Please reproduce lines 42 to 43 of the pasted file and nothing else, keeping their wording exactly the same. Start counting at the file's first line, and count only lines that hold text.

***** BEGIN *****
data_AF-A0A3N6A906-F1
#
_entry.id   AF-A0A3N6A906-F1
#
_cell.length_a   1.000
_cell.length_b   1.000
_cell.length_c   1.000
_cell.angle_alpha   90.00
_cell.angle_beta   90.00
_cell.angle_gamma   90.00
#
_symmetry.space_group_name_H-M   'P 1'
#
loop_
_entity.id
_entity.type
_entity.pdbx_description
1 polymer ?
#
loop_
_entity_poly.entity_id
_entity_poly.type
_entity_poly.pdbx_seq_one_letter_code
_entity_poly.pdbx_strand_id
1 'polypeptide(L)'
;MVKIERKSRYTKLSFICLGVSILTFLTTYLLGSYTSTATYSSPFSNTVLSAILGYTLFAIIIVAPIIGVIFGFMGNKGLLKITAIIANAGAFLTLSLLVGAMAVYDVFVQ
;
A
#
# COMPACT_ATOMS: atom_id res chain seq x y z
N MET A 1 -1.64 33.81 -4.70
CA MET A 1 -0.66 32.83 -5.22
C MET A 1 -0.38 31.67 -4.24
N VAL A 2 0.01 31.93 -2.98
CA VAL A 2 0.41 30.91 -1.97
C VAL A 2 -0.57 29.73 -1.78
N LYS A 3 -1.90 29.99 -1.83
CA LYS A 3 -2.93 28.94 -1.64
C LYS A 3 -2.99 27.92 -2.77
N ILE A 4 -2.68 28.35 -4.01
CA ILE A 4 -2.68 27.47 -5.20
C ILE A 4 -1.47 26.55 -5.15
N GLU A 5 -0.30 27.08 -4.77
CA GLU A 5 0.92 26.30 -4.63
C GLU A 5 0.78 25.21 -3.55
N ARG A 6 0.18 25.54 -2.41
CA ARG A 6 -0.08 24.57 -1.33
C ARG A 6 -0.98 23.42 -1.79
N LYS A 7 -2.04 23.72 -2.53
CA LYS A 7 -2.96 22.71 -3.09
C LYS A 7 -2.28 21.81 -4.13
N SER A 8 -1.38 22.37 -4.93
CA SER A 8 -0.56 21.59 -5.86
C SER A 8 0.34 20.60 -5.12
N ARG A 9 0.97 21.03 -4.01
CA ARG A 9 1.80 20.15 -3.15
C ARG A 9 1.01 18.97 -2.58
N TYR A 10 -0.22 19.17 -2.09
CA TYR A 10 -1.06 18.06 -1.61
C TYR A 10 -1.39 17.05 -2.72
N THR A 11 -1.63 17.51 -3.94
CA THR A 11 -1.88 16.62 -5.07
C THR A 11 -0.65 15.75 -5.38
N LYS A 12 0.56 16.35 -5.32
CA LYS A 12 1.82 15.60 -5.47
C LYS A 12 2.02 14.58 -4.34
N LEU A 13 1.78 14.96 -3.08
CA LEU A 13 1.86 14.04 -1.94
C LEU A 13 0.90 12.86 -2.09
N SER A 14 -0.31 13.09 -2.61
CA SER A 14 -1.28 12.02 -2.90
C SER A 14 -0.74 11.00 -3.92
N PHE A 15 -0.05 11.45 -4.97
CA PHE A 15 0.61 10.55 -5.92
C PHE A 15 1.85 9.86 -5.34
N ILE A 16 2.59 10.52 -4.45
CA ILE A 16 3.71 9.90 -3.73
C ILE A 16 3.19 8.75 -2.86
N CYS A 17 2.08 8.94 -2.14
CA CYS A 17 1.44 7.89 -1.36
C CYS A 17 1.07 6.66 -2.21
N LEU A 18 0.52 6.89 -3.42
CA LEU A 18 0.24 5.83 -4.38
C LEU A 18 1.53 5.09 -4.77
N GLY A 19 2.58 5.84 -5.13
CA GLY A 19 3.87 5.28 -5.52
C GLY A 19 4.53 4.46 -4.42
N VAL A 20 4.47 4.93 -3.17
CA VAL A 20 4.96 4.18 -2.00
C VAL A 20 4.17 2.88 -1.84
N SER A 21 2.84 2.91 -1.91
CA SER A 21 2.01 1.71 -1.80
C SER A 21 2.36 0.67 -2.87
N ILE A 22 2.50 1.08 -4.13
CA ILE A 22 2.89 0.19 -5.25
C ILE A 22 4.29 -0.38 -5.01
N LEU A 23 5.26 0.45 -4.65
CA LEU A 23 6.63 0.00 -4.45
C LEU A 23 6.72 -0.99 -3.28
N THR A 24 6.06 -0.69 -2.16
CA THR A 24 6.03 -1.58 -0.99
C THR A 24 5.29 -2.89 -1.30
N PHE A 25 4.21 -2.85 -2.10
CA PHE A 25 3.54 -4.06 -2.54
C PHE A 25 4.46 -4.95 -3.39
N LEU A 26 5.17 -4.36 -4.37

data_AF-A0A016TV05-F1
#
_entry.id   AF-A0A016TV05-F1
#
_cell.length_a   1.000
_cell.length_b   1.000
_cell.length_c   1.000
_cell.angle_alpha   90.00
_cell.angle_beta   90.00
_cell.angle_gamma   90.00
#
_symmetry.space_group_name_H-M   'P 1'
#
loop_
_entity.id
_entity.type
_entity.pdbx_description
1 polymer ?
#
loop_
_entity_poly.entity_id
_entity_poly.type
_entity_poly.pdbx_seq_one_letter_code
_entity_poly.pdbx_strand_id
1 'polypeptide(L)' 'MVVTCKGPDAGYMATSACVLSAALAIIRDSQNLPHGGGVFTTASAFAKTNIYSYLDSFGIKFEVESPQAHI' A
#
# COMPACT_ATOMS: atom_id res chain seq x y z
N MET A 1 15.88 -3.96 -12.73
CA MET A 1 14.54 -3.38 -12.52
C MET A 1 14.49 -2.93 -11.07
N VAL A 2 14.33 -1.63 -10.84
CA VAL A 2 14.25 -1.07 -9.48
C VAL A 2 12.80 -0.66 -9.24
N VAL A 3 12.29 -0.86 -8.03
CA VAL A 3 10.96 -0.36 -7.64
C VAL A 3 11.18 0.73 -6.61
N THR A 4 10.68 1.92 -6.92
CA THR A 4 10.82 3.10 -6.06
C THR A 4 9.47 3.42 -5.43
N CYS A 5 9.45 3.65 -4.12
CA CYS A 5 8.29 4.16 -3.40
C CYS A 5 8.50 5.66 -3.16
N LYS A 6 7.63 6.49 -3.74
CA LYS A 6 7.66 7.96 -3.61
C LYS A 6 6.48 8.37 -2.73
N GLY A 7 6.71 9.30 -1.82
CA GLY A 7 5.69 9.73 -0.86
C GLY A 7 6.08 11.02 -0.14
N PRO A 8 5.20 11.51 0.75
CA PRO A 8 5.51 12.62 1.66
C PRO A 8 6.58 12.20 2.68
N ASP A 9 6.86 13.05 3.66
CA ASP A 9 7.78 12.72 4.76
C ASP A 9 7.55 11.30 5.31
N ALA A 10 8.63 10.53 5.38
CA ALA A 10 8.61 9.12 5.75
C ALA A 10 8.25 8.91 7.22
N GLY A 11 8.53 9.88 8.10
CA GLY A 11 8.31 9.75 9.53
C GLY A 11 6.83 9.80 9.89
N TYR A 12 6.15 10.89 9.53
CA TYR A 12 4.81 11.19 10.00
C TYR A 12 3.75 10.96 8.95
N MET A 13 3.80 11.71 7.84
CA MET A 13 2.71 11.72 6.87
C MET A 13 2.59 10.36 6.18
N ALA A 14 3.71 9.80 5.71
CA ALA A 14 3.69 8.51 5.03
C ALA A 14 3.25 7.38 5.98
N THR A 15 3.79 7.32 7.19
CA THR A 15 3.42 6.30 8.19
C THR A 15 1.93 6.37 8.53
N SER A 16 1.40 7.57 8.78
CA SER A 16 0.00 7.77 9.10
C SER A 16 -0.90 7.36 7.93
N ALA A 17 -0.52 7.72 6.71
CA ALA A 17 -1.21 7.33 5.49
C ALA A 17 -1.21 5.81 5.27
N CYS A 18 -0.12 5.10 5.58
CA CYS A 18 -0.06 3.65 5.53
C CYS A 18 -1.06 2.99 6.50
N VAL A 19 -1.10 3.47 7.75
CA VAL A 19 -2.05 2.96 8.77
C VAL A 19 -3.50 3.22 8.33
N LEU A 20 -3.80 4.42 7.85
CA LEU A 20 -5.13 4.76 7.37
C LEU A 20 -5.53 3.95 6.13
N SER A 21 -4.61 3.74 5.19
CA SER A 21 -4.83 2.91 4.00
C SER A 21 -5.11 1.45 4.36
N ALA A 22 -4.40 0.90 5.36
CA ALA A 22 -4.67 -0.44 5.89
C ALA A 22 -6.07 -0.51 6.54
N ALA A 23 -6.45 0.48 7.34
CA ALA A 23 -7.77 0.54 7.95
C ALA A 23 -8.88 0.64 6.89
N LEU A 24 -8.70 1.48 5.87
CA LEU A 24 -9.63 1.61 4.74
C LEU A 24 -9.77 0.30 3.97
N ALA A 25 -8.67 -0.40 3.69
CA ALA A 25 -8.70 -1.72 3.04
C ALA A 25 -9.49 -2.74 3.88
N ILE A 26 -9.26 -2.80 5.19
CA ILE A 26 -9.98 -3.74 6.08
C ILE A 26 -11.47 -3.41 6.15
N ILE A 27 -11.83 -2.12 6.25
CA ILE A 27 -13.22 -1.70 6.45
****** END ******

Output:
C ILE A 4 -1.47 26.55 -5.15
N GLU A 5 -0.30 27.08 -4.77